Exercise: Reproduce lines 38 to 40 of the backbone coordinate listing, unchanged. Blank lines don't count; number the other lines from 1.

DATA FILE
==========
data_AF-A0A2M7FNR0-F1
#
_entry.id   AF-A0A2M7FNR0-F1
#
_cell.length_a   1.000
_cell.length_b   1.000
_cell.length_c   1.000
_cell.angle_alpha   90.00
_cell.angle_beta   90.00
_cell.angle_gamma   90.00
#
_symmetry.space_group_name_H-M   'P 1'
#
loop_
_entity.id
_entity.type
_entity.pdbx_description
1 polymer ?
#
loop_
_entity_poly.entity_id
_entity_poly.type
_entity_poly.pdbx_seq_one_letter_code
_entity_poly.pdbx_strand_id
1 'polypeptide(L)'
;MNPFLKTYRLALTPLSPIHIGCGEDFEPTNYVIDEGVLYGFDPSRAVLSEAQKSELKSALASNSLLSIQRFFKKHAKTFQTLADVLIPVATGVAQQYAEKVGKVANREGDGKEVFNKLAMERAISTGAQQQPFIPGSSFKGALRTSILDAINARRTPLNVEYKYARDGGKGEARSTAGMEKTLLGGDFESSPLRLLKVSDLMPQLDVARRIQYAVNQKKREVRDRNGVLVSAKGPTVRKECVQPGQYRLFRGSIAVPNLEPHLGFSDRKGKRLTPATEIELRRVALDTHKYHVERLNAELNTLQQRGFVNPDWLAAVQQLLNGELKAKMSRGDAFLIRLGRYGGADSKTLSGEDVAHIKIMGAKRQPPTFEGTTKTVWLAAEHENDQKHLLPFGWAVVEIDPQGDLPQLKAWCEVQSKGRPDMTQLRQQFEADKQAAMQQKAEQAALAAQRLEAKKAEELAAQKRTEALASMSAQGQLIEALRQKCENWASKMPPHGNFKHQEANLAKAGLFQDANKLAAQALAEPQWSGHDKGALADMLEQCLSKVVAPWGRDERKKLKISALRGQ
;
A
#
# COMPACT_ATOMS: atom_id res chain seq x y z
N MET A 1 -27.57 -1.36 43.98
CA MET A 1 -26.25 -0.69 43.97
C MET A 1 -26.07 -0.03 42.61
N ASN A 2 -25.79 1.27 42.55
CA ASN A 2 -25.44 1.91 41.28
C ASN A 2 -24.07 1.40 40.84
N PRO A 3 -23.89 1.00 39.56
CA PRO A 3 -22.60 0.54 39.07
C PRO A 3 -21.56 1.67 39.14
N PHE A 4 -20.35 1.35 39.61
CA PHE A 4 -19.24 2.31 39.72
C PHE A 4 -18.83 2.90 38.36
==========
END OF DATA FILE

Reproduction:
CA PRO A 3 -22.60 0.54 39.07
C PRO A 3 -21.56 1.67 39.14
N PHE A 4 -20.35 1.35 39.61